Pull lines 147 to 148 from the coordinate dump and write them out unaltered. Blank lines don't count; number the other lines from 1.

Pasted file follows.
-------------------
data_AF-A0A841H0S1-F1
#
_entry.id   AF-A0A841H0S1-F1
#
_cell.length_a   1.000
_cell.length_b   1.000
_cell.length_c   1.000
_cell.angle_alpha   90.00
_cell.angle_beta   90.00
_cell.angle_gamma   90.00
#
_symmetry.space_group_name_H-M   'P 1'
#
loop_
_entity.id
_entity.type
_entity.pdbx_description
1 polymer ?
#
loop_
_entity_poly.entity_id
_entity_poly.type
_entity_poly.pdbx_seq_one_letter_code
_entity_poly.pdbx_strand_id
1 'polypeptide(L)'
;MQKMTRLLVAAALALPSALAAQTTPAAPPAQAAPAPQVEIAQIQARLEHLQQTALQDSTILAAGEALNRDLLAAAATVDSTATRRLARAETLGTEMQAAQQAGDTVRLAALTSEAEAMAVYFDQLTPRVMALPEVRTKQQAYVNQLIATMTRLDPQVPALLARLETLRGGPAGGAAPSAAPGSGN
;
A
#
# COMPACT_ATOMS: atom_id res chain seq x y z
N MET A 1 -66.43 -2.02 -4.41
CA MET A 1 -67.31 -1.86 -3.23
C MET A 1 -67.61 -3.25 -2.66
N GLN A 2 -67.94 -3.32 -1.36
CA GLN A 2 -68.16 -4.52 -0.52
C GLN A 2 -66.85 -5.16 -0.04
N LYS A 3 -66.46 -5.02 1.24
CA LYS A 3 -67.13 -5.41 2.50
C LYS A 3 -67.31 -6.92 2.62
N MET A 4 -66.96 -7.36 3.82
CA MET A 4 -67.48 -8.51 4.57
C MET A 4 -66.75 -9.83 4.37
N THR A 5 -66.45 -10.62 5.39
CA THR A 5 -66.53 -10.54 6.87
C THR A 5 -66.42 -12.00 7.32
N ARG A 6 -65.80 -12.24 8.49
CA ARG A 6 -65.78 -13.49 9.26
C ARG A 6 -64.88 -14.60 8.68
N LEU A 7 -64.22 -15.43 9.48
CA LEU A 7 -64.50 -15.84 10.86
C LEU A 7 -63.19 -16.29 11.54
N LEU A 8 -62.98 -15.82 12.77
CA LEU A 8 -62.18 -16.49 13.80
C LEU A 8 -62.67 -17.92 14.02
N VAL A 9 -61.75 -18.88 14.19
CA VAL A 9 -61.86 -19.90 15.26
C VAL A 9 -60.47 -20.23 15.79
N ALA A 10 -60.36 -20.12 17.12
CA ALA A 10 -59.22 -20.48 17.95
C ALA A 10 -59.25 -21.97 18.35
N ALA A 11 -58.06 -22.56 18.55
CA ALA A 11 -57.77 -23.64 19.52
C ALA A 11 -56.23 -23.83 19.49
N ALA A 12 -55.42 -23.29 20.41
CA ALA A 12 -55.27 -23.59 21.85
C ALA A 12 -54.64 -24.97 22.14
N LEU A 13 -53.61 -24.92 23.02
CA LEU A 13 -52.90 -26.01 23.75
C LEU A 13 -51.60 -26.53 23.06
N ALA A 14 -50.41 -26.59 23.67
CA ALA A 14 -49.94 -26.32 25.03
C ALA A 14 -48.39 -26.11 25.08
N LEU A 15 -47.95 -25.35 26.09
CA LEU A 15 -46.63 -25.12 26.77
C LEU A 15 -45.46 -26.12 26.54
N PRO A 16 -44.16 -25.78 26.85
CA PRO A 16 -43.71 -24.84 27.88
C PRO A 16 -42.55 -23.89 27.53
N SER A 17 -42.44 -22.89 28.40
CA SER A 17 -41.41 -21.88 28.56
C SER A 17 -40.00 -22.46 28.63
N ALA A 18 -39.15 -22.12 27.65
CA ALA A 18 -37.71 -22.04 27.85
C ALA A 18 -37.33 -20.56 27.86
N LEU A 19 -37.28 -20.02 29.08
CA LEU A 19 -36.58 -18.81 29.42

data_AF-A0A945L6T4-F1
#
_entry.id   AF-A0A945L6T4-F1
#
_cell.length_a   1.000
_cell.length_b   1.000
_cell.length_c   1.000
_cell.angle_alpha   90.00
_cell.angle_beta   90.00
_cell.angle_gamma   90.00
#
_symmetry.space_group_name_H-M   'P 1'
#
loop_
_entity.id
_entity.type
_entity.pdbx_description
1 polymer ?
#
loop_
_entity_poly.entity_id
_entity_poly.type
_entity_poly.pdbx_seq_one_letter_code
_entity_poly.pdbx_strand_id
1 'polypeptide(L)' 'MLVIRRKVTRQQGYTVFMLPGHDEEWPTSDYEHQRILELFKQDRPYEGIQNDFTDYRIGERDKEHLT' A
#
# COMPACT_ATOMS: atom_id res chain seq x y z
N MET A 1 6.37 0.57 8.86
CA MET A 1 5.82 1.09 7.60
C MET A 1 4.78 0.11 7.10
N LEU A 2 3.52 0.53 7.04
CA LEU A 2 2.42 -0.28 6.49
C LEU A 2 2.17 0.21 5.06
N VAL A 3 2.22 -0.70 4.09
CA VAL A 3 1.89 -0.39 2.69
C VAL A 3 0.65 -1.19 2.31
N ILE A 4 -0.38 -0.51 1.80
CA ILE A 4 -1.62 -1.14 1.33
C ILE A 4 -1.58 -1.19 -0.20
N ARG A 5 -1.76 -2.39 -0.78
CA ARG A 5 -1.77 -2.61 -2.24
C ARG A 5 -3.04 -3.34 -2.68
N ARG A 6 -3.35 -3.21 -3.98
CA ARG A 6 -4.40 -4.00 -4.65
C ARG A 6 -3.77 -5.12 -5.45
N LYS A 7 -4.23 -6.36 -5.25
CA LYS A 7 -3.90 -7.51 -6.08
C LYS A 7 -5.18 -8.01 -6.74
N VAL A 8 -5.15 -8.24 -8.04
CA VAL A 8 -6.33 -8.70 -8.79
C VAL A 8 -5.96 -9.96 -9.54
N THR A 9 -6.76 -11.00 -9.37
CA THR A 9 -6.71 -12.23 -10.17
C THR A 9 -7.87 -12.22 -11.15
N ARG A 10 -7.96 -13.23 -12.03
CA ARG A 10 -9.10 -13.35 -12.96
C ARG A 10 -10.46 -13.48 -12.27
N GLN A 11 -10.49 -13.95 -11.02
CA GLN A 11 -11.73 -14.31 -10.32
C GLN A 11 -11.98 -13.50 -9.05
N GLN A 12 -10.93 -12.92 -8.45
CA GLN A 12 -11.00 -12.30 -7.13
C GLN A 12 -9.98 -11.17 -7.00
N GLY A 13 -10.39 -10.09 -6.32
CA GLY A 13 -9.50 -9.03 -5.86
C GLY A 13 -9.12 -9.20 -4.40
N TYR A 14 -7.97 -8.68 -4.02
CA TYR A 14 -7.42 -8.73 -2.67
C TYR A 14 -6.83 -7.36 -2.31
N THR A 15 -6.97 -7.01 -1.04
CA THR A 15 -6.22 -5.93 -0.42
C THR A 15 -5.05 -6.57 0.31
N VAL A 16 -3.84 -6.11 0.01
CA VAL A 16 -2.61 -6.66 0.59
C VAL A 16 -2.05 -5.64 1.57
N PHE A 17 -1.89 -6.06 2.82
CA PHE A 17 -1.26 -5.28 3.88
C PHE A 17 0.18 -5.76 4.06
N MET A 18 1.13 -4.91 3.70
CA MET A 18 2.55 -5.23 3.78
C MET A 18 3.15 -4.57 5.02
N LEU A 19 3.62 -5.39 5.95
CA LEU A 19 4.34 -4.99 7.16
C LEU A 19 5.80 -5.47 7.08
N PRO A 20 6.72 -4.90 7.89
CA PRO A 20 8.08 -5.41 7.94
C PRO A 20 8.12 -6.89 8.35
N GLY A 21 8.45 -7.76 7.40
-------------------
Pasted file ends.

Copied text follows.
N GLN A 12 -10.93 -12.92 -8.45
CA GLN A 12 -11.00 -12.30 -7.13